When the kids were little, we’d come out here two or three times a day with woven baskets to collect acorns, brightly colored leaves, or marvelous, perfectly round, marbled balls that Nate called “extraordinary berries;” these turned out to be acorn plum galls, created by a particular genus of tiny wasp. The trail has four distinct neighborhoods. The first narrow run is banked to the right by a high wooded hill and to the left by wetlands that used to be a cranberry bog. About five years ago, a neighbor gave permission to a local deer hunter to set up a stand just above the old bog. During deer hunting season, we put an orange vest on the dog and talk or sing loudly while passing through this area. I’ve never known precisely where he sets up shop, but today, I spy the hunter’s stand for the first time. He has strapped an office chair to a tree trunk about 20 feet off the ground. I’ve met the guy who hunts out there. He’s a pretty big dude for such a flimsy apparatus. This fall, he killed an impressive stag, according to one neighbor, “an eight-pointer.”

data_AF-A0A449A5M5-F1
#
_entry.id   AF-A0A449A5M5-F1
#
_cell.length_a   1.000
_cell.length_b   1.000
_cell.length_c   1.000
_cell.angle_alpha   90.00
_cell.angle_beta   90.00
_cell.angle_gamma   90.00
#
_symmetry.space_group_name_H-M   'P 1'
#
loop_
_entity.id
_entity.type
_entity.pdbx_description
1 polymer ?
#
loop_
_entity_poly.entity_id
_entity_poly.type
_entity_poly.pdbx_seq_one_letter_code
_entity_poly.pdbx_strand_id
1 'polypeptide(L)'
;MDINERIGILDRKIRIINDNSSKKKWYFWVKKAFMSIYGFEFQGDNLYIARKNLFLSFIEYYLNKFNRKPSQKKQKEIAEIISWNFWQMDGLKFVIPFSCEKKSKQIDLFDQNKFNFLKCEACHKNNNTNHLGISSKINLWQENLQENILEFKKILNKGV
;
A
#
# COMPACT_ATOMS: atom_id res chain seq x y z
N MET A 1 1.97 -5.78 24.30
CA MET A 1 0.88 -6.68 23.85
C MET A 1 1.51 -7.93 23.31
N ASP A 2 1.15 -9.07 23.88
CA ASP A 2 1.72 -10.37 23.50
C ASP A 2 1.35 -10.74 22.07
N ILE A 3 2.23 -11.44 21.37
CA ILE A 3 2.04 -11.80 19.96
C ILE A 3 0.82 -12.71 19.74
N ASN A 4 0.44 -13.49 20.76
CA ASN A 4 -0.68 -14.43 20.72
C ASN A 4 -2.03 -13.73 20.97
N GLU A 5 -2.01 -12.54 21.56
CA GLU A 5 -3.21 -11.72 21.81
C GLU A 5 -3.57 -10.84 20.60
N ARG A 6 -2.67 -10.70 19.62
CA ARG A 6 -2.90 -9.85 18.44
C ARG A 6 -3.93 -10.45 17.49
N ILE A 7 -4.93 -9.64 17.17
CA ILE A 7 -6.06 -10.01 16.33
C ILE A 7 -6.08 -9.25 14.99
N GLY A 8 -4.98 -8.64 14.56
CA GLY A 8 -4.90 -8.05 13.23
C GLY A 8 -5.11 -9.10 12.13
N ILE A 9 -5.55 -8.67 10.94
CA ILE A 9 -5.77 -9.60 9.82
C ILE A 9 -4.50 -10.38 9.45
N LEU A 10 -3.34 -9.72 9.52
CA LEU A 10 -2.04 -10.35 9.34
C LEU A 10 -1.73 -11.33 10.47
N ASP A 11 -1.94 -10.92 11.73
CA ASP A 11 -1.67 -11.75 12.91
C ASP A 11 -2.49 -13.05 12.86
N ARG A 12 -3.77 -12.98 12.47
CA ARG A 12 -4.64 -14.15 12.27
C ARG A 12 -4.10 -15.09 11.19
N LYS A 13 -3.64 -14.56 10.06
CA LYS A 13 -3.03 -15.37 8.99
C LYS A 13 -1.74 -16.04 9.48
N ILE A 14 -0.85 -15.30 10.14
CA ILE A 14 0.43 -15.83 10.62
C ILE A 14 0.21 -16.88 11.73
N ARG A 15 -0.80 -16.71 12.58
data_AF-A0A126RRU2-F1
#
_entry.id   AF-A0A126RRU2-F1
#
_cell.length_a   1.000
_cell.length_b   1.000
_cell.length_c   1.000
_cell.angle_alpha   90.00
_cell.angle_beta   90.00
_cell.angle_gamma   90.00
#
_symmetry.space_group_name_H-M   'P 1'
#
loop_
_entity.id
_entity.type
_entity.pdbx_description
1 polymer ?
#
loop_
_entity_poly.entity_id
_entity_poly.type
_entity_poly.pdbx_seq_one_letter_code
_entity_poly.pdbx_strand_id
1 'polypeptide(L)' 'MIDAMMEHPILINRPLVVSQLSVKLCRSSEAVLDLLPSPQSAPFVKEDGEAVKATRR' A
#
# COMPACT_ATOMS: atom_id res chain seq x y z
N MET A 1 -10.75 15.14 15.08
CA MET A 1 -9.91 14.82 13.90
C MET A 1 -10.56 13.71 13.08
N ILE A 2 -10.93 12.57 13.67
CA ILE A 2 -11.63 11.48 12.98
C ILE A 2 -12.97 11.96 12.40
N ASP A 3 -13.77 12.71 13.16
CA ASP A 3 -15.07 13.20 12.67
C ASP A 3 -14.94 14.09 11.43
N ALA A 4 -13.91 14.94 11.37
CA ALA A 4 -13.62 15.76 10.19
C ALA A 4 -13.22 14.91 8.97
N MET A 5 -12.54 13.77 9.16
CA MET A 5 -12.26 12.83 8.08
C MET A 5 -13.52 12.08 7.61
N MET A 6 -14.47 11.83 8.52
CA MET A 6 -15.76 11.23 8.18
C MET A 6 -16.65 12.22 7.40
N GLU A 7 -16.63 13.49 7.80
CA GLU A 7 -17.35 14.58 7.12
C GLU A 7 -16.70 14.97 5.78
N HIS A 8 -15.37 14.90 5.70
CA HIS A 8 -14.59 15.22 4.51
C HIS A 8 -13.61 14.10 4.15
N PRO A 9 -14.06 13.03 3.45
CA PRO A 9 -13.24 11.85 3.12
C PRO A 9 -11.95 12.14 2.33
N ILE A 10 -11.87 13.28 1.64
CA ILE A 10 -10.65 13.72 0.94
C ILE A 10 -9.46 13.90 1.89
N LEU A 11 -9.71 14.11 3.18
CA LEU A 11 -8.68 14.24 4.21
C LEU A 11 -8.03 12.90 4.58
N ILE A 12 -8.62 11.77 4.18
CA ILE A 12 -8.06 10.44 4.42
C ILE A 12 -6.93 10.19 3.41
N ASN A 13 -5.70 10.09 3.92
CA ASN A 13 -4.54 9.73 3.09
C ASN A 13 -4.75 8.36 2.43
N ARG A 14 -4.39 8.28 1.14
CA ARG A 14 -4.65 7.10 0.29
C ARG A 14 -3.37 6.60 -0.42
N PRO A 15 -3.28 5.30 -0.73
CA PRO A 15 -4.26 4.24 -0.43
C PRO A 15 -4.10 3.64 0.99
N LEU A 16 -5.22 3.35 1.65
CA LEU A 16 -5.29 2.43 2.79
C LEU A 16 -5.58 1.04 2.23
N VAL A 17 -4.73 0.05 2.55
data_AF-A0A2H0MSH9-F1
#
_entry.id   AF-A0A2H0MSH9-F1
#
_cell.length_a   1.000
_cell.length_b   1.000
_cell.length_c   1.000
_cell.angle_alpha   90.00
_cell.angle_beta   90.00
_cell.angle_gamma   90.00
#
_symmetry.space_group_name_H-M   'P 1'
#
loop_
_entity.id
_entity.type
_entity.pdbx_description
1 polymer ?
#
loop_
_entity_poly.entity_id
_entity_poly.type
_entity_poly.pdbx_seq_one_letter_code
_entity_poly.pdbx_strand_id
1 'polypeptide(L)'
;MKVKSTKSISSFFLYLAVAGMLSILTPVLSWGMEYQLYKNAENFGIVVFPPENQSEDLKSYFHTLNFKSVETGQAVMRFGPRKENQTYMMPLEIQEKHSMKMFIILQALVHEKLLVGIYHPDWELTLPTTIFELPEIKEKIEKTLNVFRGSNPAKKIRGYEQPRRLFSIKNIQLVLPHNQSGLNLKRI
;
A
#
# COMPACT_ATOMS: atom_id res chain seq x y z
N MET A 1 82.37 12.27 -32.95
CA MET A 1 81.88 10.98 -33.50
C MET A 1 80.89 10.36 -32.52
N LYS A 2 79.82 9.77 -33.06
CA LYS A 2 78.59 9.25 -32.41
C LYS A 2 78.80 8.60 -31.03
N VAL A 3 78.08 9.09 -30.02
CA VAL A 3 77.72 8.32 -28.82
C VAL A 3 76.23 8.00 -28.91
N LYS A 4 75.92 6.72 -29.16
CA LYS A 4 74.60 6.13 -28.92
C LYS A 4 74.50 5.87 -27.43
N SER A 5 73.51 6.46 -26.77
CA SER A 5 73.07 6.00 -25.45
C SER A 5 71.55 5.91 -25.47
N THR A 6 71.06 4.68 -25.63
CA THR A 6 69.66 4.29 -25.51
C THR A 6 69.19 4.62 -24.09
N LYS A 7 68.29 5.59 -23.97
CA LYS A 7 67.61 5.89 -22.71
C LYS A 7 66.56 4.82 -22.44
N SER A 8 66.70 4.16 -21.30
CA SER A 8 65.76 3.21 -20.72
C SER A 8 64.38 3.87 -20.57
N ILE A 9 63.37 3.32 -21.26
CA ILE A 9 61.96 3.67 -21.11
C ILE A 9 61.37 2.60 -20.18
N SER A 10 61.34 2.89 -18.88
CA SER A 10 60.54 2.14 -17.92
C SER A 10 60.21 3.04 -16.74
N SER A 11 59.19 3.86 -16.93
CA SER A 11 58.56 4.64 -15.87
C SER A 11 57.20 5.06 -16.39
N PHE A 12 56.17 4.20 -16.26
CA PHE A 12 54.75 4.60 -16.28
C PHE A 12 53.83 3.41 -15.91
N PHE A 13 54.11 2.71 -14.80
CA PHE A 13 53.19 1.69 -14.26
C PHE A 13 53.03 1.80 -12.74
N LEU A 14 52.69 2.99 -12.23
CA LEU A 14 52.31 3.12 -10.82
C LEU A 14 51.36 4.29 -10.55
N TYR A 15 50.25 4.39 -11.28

The next stretch of trail takes you over a rise and down again into a broad valley dotted with large, old growth trees. Two PVC pipes, each about three feet high, poke up from the forest floor, off-gassing lead trapped when this land served, decades ago, as the town’s shooting range. No one remembered anything about the range until the 1990’s, when the land’s prior owner tried to get zoning approval for a high-end residential development. All of us whose properties abutted the trail were trying to raise funds to buy the land and place it in conservation, but we were more than a few dollars short of the seller’s sky-high asking price. The situation looked grim for local tree-huggers. The Town Planning Board scheduled a hearing to review the seller’s development proposal. John went, along with a number of other folks from our neighborhood, including an old codger we’d never met who sat in the back of the room, protectively cradling a muslin sack like a homeless person hanging on to all his worldly goods. The abutters looked downtrodden as the seller’s shiny-suited attorney made his glitzy presentation. If the abutters and the town’s land trust could offer 12 million dollars – a 50% discount versus the market price – the seller would be willing to accept it. This offer was a straw dog; there was little chance the people in our relatively modest neighborhood could pony up such a whopping sum. All of a sudden, however, the old codger raised his hand and was recognized by the Board chairperson. With visible effort, he rose, hefting his sack, and shuffled to the front of the room where, with a flourish, he upended the thing on the table. Hundreds of old bullets and casings spilled out, rattling across the table and rolling onto the floor. “Lead!” he shouted triumphantly. “I dug this up from that land just a week ago. It’s LEAD!” As John recounts it, the entire room erupted in cheers. It turns out you can’t build homes on the lead-contaminated site of an old firing range. The trail ultimately became conservation land. Nowadays, we’d end this story with a mic drop. Boom.